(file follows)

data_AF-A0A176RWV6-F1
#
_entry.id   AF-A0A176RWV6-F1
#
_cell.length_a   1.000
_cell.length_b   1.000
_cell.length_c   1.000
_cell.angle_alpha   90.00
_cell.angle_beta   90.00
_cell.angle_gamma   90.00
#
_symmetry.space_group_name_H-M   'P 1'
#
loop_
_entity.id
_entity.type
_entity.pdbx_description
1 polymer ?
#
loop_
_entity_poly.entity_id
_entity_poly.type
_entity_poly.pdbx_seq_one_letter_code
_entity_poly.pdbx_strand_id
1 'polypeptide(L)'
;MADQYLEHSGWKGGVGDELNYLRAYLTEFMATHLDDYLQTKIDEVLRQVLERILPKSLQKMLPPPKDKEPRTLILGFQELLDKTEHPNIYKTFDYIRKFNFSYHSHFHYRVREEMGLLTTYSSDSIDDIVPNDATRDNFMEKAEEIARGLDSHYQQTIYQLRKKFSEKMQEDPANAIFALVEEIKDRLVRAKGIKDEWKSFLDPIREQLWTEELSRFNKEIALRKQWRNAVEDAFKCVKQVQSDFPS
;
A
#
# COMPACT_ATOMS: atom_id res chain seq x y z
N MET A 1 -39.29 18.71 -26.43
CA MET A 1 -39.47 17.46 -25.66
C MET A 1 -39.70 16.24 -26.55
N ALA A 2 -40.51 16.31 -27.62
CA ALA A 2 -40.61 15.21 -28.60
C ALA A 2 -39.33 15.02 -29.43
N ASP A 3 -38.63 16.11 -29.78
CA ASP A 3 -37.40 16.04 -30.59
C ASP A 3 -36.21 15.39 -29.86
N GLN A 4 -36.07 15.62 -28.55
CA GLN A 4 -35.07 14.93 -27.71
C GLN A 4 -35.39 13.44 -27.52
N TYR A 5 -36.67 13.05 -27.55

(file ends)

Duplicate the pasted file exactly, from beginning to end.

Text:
data_AF-A0A176RWV6-F1
#
_entry.id   AF-A0A176RWV6-F1
#
_cell.length_a   1.000
_cell.length_b   1.000
_cell.length_c   1.000
_cell.angle_alpha   90.00
_cell.angle_beta   90.00
_cell.angle_gamma   90.00
#
_symmetry.space_group_name_H-M   'P 1'
#
loop_
_entity.id
_entity.type
_entity.pdbx_description
1 polymer ?
#
loop_
_entity_poly.entity_id
_entity_poly.type
_entity_poly.pdbx_seq_one_letter_code
_entity_poly.pdbx_strand_id
1 'polypeptide(L)'
;MADQYLEHSGWKGGVGDELNYLRAYLTEFMATHLDDYLQTKIDEVLRQVLERILPKSLQKMLPPPKDKEPRTLILGFQELLDKTEHPNIYKTFDYIRKFNFSYHSHFHYRVREEMGLLTTYSSDSIDDIVPNDATRDNFMEKAEEIARGLDSHYQQTIYQLRKKFSEKMQEDPANAIFALVEEIKDRLVRAKGIKDEWKSFLDPIREQLWTEELSRFNKEIALRKQWRNAVEDAFKCVKQVQSDFPS
;
A
#
# COMPACT_ATOMS: atom_id res chain seq x y z
N MET A 1 -39.29 18.71 -26.43
CA MET A 1 -39.47 17.46 -25.66
C MET A 1 -39.70 16.24 -26.55
N ALA A 2 -40.51 16.31 -27.62
CA ALA A 2 -40.61 15.21 -28.60
C ALA A 2 -39.33 15.02 -29.43
N ASP A 3 -38.63 16.11 -29.78
CA ASP A 3 -37.40 16.04 -30.59
C ASP A 3 -36.21 15.39 -29.86
N GLN A 4 -36.07 15.62 -28.55
CA GLN A 4 -35.07 14.93 -27.71
C GLN A 4 -35.39 13.44 -27.52
N TYR A 5 -36.67 13.05 -27.55